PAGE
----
COVID-19 Variants Can Be Found in Wastewater, Scientists Say

PCR and rapid tests aren’t the only places where evidence of SARS-CoV-2 shows up. The virus that causes COVID-19 also turns up in a city’s wastewater, which has become a powerful tool during the pandemic to give scientists early glimpses into where infections are peaking. Health officials are often notified by wastewater analysis of an upsurge in infection days before other facilities notice increases in symptoms or positive tests.

Scientists have now developed a more accurate way to test wastewater for SARS-CoV-2 variants. They can also identify the presence and absence of the virus. This could allow public health professionals to prepare for increased COVID-19 case loads and better inform communities about the risk. They can also provide ready testing, new treatment options, and other information if necessary, in order to face different variants of the virus.

A paper was published in NatureRob Knight (director of the Center for Microbiome Innovation, University of California San Diego) and his team developed, with Scripps Research scientists, a method for identifying variant genetic signatures and determining their relative percentage in wastewater samples. It has proved difficult to identify variants in wastewater samples that contain SARS-CoV-2, as well as other pathogens, bacteria and viruses. Because the waste from thousands of people is collected at the collection site (like municipal wastewater treatment facilities), the virus concentrations can be very low.

Scientists focused their attention on almost 20,000 samples taken daily at UC San Diego from 131 different locations. These samples covered 360 buildings to increase the likelihood of correctly identifying SARS/CoV-2 variants. The scientists genetically sequenced the SARS-CoV-2 viruses found in positive samples. They compared their sequences with those obtained from COVID-19 positive tests at campus clinics. The sequences were also compared with those from San Diego County wastewater sampling sites and the ones collected at testing sites.

Those analyses allowed the researchers to determine, with just a few spoonfuls of wastewater, when COVID-19 infections among the 10,000 students living on campus and the 25,000 people spending time at the school trended upward—up to 14 days before testing on campus documented them. They knew exactly where they had collected the samples and could pinpoint where there was infection. This advance notice from wastewater surveillance can be helpful in controlling outbreaks on a campus like a university. School officials were able increase testing and to establish isolation policies in order to reduce spread.

Researchers also discovered that the new method for finding variants allowed them to detect more SARS strains in wastewater than they were able to sequence positive PCR test results at campus clinics. Thus, it is possible to get a much better idea of the strains that are circulating on a campus. The tool created a unique genetic barcode that identified specific mutations. This allowed scientists to determine the percentage of virus present in wastewater samples. From November 2020 through September 2021, they collected samples and were able detect and quantify the main variants that circulated at the time.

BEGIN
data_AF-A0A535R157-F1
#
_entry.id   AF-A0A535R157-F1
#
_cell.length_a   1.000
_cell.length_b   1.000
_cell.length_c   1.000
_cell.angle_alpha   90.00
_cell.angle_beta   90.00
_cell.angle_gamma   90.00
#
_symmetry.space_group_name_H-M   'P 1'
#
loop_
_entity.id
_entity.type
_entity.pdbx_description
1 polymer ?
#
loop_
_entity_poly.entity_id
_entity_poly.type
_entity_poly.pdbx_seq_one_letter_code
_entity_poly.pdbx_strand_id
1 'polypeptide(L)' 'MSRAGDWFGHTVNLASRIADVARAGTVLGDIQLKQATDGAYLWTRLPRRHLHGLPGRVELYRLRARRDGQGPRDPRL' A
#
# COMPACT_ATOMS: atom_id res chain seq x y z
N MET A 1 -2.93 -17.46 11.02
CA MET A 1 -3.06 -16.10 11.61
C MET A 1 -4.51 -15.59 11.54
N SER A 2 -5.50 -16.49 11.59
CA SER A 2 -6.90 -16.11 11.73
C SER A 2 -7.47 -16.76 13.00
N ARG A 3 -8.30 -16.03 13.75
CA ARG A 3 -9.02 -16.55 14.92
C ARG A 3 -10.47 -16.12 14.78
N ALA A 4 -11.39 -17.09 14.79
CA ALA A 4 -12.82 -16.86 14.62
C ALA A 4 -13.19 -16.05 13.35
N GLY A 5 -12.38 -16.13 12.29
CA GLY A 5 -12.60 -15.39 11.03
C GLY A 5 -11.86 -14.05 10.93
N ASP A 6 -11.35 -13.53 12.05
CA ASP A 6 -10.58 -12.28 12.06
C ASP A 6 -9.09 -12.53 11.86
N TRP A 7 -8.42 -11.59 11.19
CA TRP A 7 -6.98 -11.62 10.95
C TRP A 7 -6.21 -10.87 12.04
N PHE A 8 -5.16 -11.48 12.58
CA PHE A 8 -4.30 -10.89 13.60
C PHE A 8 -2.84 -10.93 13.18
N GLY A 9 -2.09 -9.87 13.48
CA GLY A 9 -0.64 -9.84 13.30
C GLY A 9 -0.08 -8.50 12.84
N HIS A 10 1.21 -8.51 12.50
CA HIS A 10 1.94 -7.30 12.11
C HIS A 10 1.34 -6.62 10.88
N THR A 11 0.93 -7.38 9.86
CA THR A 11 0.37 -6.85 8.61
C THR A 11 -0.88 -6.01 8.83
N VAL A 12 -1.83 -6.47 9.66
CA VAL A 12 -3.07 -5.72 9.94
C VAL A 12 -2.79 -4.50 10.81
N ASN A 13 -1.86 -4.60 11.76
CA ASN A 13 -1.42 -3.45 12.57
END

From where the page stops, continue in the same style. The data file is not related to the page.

Omicron began to spread across the U.S. around the end of 2021. To monitor the outbreak, Omicron collected data up through February 2022. This allowed the team to document the swift replacement by Omicron of Delta in their samples. Working with samples from the Point Loma wastewater treatment plant, near the UC San Diego campus, they were also able to detect Omicron on November 27; the first clinical identification of Omicron from tests on the school’s campus didn’t come until 10 days later, on December 8.

The power of wastewater surveillance hasn’t been lost on public health officials. In 2020, the U.S. Centers for Disease Control and Prevention established a National Wastewater Surveillance Program. This program monitors virus levels in waterways throughout the nation and makes that information available to the general public. Not only does it alert health officials to cases spikes and the rapid emergence of new variants, but wastewater has the added advantage of providing an objective measure of viruses in a community since it is universal. It is possible for testing to reflect biases that are based on who gets tested, or who has access to the health system when symptoms occur. Testing also misses some infections, since some people who are infected but don’t develop symptoms usually don’t get tested.

“Wastewater is an information-dense resource of estimating the prevalence of specific viral lineages, providing a community wide snapshot not only of overall infection dynamics but of the rise and fall of specific variants of concern,” the authors write in describing their findings. “As SARS-CoV-2 continues to evolve, the risk of new variants of concern remains high…[and] the development of technologies that are cost-effective, reduce biases and provide leading rather than trailing indicators of infection are essential to removing ‘blind spots’ in our understanding of local virus dynamics.”

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